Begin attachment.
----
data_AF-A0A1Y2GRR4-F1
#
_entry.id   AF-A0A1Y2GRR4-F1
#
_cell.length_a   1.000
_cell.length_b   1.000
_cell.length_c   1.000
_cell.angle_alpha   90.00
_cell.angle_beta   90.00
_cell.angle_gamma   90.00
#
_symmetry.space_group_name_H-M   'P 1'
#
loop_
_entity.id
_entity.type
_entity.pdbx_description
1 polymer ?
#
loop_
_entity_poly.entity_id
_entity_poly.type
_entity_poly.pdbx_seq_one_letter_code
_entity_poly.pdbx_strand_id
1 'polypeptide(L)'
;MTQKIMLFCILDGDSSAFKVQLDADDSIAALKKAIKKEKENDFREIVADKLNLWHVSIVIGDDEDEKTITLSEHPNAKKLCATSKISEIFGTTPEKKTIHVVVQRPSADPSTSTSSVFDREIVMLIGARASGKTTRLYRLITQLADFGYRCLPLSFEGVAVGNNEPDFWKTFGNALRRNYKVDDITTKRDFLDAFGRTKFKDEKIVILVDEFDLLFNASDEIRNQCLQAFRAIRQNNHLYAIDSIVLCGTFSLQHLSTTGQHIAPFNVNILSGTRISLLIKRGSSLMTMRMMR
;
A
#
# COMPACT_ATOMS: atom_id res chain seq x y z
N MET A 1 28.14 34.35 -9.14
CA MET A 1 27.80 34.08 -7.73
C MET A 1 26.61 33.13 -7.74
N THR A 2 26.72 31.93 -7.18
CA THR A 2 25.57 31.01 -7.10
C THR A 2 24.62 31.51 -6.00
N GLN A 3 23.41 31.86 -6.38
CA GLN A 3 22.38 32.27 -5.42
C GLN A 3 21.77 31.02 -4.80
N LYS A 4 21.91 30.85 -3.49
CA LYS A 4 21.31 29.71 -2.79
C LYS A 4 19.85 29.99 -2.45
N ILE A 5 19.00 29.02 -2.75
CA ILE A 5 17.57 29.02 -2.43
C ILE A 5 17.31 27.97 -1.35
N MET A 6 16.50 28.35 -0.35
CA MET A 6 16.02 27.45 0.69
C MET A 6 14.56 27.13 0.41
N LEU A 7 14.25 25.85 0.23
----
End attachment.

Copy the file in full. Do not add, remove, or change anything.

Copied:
data_AF-A0A1Y2GRR4-F1
#
_entry.id   AF-A0A1Y2GRR4-F1
#
_cell.length_a   1.000
_cell.length_b   1.000
_cell.length_c   1.000
_cell.angle_alpha   90.00
_cell.angle_beta   90.00
_cell.angle_gamma   90.00
#
_symmetry.space_group_name_H-M   'P 1'
#
loop_
_entity.id
_entity.type
_entity.pdbx_description
1 polymer ?
#
loop_
_entity_poly.entity_id
_entity_poly.type
_entity_poly.pdbx_seq_one_letter_code
_entity_poly.pdbx_strand_id
1 'polypeptide(L)'
;MTQKIMLFCILDGDSSAFKVQLDADDSIAALKKAIKKEKENDFREIVADKLNLWHVSIVIGDDEDEKTITLSEHPNAKKLCATSKISEIFGTTPEKKTIHVVVQRPSADPSTSTSSVFDREIVMLIGARASGKTTRLYRLITQLADFGYRCLPLSFEGVAVGNNEPDFWKTFGNALRRNYKVDDITTKRDFLDAFGRTKFKDEKIVILVDEFDLLFNASDEIRNQCLQAFRAIRQNNHLYAIDSIVLCGTFSLQHLSTTGQHIAPFNVNILSGTRISLLIKRGSSLMTMRMMR
;
A
#
# COMPACT_ATOMS: atom_id res chain seq x y z
N MET A 1 28.14 34.35 -9.14
CA MET A 1 27.80 34.08 -7.73
C MET A 1 26.61 33.13 -7.74
N THR A 2 26.72 31.93 -7.18
CA THR A 2 25.57 31.01 -7.10
C THR A 2 24.62 31.51 -6.00
N GLN A 3 23.41 31.86 -6.38
CA GLN A 3 22.38 32.27 -5.42
C GLN A 3 21.77 31.02 -4.80
N LYS A 4 21.91 30.85 -3.49
CA LYS A 4 21.31 29.71 -2.79
C LYS A 4 19.85 29.99 -2.45
N ILE A 5 19.00 29.02 -2.75
CA ILE A 5 17.57 29.02 -2.43
C ILE A 5 17.31 27.97 -1.35
N MET A 6 16.50 28.35 -0.35
CA MET A 6 16.02 27.45 0.69
C MET A 6 14.56 27.13 0.41
N LEU A 7 14.25 25.85 0.23